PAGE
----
The last portion for reference is Proverbs 8, 34 and 3 5:”Blessed is the man that heareth me, watching daily at my gates: waiting at the posts of my doors. For whoso findeth me, findeth life, and shall obtain favour of the Lord.” We have just left the husbandman labouring for the fruits of the earth, but here is a spiritual labourer and this is most instructive for the waiting soul, because here God requires and teaches a hard-working, spiritual
patience; hearing watching and waiting, threefoldÂ—the ear of faith, the eye of faith, the whole spiritual man. Where is he waiting? At wisdom’s gates and at wisdom’s doors, with energy and anxiety, attention and expectation. All those things are in the text. Do you remember a certain man who waited daily at the gate of the Temple called Beautiful seeking alms? He was an impotent man, very sick, and can you imagine that he waited there in an indolent fashion? It does not seem so. When he saw Peter and John, he fixed his eyes upon them, seeking and looking for alms. Happily, he got something better. (Acts 3, 1 to 9). It was recovery for this life (not eternal life) but even that, we know, was worth waiting for with diligence and energy. Supposing Her Majesty the Queen was coming to Croydon on a certain day and you wanted to see her, what would you do? You would wait in the way, seeking a ‘vantage’ point, and if you knew which way she was coming you would put yourself in that way. What do we read in Proverbs 9, 6. “Forsake the foolish and live; and go in the way of understanding.” Here then, are instructions for the waiting soul, to wait upon the Lord in all fields. That is, in all the means of grace, and for this reason, you know not at what hour the Son of Man may come. In the preaching, take heed how and what you hear. In reading let the meditation of your heart be acceptable unto Him. In secret prayer; remember Daniel, who was engaged in secret prayer when a blessed messenger came to him, saying, thou art a man greatly beloved. Hearing, watching, waiting at the post of my doors, wisdom’s doors. Heavenly wisdom! Her merchandise is good.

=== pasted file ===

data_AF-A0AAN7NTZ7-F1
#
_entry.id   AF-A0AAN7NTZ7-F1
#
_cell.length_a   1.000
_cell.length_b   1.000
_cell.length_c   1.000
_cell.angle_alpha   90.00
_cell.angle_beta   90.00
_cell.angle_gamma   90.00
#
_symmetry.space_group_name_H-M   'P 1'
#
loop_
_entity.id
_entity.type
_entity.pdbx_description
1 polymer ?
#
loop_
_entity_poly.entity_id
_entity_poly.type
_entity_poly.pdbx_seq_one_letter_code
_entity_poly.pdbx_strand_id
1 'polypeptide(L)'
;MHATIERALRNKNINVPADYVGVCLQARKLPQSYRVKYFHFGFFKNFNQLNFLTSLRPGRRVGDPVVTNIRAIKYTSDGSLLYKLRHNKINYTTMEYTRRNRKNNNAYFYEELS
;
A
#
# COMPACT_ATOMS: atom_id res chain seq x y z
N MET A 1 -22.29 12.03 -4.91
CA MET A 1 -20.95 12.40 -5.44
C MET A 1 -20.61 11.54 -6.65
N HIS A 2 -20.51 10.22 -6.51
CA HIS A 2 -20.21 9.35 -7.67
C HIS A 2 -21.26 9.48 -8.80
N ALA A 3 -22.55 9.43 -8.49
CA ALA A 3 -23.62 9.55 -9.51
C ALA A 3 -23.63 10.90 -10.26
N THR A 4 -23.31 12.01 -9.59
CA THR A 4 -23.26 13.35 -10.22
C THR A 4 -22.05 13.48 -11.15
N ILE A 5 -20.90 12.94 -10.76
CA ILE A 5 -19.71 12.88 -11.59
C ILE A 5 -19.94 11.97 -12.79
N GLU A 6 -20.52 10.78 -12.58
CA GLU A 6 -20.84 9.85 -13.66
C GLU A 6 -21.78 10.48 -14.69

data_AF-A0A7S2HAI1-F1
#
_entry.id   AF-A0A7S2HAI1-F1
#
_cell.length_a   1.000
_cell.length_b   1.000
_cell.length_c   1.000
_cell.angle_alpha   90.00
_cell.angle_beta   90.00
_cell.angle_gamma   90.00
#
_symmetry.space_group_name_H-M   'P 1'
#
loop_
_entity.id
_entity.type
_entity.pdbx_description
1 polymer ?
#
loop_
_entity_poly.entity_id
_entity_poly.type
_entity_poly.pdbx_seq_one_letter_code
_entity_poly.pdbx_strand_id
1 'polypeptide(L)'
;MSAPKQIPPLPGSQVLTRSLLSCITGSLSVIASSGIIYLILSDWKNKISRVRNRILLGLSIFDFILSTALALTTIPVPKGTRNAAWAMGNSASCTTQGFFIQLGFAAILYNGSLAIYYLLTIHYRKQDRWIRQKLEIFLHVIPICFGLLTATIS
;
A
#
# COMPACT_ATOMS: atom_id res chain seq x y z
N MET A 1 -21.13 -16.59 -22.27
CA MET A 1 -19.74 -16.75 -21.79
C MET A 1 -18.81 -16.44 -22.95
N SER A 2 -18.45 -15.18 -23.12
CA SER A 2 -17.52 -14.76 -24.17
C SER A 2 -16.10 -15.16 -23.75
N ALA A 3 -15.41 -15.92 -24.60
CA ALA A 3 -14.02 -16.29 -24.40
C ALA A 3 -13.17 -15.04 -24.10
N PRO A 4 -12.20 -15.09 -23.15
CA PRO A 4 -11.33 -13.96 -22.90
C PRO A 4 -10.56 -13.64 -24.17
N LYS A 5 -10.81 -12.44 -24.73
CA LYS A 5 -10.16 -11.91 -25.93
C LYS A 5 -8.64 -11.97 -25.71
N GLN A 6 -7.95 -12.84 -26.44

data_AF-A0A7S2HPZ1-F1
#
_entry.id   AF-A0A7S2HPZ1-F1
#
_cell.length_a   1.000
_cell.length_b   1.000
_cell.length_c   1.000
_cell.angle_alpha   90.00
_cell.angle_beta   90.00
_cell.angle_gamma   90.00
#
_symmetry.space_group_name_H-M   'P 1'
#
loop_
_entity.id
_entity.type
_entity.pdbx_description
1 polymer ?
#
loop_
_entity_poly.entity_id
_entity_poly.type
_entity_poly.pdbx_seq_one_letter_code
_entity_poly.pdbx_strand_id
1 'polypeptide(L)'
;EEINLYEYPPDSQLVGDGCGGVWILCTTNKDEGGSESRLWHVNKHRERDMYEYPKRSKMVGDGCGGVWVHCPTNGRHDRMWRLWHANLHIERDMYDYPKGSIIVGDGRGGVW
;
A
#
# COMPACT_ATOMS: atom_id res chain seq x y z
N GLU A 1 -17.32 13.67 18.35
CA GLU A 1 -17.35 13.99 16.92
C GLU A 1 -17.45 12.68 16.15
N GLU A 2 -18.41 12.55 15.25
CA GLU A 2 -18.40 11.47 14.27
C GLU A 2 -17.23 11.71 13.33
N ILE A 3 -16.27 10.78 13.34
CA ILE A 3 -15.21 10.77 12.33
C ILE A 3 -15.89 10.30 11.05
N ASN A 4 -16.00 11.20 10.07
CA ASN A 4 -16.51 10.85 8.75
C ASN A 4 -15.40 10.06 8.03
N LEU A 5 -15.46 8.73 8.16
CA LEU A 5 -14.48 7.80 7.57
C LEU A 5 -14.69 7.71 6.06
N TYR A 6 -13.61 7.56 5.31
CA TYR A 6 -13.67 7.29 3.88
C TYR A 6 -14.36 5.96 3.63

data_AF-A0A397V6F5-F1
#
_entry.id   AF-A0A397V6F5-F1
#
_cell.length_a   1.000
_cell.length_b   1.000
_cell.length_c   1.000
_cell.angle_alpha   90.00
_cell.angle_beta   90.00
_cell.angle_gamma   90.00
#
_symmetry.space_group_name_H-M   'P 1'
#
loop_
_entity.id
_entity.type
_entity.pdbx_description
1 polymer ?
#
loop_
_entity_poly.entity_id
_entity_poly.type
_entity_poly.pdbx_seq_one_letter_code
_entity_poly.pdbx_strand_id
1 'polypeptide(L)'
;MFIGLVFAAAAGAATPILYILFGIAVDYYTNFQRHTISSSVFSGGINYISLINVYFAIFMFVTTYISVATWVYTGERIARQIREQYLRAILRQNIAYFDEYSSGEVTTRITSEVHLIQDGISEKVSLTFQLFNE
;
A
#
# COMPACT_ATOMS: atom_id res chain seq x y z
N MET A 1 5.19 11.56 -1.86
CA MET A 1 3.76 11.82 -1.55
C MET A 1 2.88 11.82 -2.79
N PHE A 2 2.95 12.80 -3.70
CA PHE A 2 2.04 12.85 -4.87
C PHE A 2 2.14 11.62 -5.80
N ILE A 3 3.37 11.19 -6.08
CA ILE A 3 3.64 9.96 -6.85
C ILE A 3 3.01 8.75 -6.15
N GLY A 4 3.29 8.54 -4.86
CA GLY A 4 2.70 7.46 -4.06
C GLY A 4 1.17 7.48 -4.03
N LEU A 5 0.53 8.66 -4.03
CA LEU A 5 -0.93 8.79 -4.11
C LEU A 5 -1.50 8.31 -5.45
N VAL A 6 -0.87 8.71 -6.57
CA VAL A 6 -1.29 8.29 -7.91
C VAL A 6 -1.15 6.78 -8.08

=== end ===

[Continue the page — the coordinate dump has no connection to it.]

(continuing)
But, more particularly, I would drop this word to waiting souls. Specially study and pray over the method of forgiveness through faith. Seek to discern the difference between faith and assurance; what constitutes saving faith, what assurance is, what believing is, what joy and peace in believing is, what little faith and great faith are. Remember, there are degrees of saving faith; and specially study John’s Gospel where believing, this true believing, forgiveness through believing, life through believing and justification through believing is so repeatedly set forth. You have it in Chapter 1. There is adoption, there is life to him that receiveth, to him that believeth in Jesus. In Chapter 3, we readÂ—”He that believeth on the Son hath everlasting life … he that believeth not shall see life.” You come to Romans 10, verses 6 to 9, and there is another definition of the same thing, especially good to the waiting soul, the perplexed one. “Say not in thine heart, who shall ascend into heaven?” (that is. to bring Christ down from above), or “Who shall descend into the deep?” (that is. to bring up Christ again from the dead). But what saith it? The Word is nigh thee. even in thy mouth, and in thy heart, that is, the Word of faith which we preach; that, if thou shalt confess with thy mouth the Lord Jesus, and shalt believe in thine heart that God has raised Him from the dead, thou shalt be saved. For with the heart man believeth unto righteousness; and with the mouth, confession is made unto salvation,
Whosoever believeth on Him (after that manner) shall not be ashamed . . . For whosoever shall call upon the name of the Lord shall be saved.”
I do urge you to study and pray over the method of faith in Jesus as the way of receiving forgiveness, and to distinguish the difference between having forgiveness and realising the joy of it, and the difference between the faith that saves and the stronger that fills with joy.